5
$\begingroup$

Give a combinatorial proof of the following identity:

$$3^n=\sum_{i=0}^{n}\binom{n}{i}2^{n-i}$$

I can't see any counting argument that would yield $3^n$, and the right hand side is also pretty opaque. For some reason I really really suck at doing these proofs - I just started my first combinatorics course.

$\endgroup$
  • 6
    $\begingroup$ This is the Newton binomial for $(2+1)^n$ $\endgroup$ – Ewan Delanoy May 11 '13 at 14:48
  • $\begingroup$ just take out $2^n$ and use Binomial theorem $\endgroup$ – Alex May 11 '13 at 14:52
  • 1
    $\begingroup$ I want a combinatorics proof which means no algebraic rearranging of the stuff. $\endgroup$ – ithisa May 11 '13 at 14:59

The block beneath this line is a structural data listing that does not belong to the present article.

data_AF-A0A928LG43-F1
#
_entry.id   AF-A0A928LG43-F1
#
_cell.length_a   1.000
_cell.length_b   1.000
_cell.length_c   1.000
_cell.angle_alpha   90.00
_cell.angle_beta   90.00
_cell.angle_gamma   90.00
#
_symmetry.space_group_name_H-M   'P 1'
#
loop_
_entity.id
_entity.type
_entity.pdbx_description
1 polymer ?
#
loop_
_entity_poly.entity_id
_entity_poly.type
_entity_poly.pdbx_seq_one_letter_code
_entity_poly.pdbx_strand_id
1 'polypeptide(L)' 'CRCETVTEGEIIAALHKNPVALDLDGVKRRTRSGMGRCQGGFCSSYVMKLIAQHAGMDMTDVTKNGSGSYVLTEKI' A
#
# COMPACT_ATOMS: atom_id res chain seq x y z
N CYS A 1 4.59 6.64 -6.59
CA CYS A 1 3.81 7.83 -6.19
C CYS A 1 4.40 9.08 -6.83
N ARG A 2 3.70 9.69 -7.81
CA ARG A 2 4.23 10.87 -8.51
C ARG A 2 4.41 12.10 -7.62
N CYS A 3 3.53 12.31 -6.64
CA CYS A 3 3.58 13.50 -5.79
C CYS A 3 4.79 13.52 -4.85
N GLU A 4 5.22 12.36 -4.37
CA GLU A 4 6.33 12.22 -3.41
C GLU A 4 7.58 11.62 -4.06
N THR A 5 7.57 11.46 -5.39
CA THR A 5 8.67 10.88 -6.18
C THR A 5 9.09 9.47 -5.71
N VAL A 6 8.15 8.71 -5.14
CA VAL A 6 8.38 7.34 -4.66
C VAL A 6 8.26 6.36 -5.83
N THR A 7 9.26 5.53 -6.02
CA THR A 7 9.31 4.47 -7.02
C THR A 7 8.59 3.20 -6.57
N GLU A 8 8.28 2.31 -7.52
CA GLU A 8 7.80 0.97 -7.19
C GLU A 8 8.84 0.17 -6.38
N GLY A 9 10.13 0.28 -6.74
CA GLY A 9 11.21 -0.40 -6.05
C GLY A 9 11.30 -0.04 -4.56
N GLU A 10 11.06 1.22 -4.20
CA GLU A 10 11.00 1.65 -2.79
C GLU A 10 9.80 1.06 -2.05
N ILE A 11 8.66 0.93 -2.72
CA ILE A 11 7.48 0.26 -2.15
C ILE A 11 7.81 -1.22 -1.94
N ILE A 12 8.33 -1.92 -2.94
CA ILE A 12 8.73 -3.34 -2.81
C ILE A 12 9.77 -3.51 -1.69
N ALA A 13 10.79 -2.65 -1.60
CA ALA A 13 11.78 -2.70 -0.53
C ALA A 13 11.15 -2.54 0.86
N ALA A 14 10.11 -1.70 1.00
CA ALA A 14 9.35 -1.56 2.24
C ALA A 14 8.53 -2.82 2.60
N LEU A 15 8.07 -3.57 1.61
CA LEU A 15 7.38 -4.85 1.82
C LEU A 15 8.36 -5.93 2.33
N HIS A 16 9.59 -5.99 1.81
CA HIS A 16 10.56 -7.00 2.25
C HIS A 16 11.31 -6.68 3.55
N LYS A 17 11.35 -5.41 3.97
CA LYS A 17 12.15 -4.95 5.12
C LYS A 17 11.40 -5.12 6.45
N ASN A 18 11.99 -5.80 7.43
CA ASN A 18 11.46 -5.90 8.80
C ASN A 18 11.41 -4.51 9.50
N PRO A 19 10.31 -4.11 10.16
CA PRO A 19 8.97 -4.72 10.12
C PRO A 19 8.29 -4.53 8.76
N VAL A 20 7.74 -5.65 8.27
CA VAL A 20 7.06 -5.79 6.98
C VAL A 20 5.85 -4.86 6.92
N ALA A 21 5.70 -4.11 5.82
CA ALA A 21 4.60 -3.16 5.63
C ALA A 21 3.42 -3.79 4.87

• 1
    $\begingroup$ @EricDong It might help to modify your question as "I want a proof by a combinatorial argument" to get better responses. $\endgroup$ – user75930 May 11 '13 at 15:13
6
$\begingroup$

Suppose you have $n$ balls to be put into 3 boxes. You may keep any or all boxes empty.Then the number of ways of putting $n$ balls into 3 boxes is $3^n$. For the right hand side of the equation, you may fix a box $C$. The box $C$ may contain $0,1,2,\dots n$ balls. If the box $C$ has $i$ balls, you may choose the $i-\text{balls}$ to be put into $C$ in $\binom{n}{i}$ ways and the remaining $n-i$ balls may be put into boxes A or B in $2^{n-i}$ ways. Hence the number of ways of putting $n$ balls into 3 boxes is $\displaystyle \sum_{i=0}^n \binom{n}{i}2^{n-i}$ ways and hence $$3^n=\displaystyle \sum_{i=0}^n \binom{n}{i}2^{n-i}.$$ Please let me know if my solution is incorrect.

$\endgroup$
2
$\begingroup$

Hints:

$$(a+b)^n=\sum_{k=0}^n\binom{n}{k}a^{n-k}b^k$$

$\endgroup$
1
$\begingroup$

Hint: Color $n$ balls with 3 colors.

$\endgroup$

Your Answer

By clicking “Post Your Answer”, you agree to our terms of service, privacy policy and cookie policy

Not the answer you're looking for? Browse other questions tagged or ask your own question.